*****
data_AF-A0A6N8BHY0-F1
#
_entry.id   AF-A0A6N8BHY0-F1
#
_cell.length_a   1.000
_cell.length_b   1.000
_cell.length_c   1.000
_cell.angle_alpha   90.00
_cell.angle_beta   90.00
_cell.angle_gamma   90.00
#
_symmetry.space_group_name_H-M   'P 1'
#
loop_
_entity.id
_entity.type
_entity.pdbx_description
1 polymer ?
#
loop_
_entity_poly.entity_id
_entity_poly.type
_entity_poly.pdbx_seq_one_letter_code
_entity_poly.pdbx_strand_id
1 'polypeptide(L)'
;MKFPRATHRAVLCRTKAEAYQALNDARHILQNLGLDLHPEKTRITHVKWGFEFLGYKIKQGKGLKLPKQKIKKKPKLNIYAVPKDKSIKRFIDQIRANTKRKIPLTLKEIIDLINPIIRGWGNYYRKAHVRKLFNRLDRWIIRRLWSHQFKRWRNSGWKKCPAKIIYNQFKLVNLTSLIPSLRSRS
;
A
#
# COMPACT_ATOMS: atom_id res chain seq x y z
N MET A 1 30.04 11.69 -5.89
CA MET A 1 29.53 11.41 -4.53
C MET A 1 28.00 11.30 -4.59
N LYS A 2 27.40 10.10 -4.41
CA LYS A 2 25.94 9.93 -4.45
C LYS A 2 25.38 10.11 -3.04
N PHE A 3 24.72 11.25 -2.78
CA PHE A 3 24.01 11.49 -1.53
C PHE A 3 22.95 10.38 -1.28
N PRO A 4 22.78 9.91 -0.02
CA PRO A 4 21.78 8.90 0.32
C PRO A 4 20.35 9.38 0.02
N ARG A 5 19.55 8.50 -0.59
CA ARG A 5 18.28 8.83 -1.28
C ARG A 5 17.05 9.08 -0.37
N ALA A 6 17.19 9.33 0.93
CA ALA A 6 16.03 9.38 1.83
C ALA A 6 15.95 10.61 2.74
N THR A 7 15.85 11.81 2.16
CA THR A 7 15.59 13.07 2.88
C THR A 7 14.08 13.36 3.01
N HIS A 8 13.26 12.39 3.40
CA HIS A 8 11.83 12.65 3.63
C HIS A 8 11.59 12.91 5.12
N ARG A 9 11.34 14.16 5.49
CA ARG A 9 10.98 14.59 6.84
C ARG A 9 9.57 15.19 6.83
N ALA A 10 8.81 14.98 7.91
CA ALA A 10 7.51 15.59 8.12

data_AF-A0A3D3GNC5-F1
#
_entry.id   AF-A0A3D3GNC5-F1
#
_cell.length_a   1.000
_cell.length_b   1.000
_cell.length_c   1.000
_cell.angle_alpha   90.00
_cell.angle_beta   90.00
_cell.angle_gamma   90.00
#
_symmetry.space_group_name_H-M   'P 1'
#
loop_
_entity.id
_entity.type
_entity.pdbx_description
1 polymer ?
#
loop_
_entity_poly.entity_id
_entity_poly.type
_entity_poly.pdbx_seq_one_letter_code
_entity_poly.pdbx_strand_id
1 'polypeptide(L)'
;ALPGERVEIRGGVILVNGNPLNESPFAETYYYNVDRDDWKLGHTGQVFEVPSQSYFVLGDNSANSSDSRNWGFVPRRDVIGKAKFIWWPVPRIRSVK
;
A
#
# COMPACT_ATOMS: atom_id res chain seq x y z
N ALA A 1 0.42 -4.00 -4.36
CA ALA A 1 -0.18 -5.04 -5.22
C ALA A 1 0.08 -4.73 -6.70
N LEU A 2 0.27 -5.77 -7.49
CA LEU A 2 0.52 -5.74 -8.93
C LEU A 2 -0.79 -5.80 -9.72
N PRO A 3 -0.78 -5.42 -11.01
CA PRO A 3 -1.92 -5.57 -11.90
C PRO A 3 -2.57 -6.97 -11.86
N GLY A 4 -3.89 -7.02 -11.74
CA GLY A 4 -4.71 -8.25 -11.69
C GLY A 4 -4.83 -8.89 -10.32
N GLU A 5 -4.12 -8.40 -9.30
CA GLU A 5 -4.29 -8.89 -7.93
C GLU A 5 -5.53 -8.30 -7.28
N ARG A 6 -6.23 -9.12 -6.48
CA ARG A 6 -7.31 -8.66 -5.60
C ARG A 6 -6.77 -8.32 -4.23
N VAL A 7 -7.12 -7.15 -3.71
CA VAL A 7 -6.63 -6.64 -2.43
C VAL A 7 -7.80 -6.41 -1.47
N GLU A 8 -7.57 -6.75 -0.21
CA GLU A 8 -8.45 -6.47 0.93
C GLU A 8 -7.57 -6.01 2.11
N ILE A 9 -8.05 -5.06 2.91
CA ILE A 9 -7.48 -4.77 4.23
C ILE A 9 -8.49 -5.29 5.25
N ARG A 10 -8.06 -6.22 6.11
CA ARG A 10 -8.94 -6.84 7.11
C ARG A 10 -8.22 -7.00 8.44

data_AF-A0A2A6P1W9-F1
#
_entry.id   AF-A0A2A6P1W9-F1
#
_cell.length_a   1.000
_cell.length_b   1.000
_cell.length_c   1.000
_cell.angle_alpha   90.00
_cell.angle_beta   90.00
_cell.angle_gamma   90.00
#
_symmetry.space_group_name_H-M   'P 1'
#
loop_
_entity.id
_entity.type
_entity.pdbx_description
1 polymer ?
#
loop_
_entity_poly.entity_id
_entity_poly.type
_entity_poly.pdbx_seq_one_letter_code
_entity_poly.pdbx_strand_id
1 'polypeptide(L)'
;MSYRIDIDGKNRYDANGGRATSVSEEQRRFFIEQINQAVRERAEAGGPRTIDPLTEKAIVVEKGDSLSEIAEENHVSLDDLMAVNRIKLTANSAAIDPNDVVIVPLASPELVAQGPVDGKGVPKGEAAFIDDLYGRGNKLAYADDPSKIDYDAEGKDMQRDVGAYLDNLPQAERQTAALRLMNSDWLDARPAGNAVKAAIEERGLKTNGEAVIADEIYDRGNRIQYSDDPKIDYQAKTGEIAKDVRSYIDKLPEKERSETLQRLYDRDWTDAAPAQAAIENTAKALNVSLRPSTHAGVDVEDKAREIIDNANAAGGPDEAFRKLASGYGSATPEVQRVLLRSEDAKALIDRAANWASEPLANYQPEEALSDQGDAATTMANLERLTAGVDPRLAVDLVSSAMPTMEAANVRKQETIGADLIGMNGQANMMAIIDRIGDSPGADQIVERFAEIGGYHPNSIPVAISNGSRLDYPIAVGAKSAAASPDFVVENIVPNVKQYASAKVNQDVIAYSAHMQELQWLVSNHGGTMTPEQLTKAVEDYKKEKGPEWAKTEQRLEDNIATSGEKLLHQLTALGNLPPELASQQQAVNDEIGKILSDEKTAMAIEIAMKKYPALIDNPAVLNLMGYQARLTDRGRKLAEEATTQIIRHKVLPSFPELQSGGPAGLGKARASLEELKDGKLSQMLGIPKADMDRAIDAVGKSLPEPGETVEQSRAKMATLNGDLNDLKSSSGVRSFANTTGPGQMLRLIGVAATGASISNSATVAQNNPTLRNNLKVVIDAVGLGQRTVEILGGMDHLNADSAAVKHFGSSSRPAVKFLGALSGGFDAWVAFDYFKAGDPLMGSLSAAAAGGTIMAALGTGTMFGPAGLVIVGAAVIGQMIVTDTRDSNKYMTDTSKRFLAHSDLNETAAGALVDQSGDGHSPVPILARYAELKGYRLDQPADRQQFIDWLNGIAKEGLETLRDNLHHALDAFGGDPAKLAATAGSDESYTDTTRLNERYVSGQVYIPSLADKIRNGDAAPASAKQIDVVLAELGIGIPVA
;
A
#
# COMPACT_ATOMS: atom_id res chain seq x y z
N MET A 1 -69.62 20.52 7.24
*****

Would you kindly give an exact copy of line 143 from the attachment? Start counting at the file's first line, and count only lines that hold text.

_entity_poly.pdbx_strand_id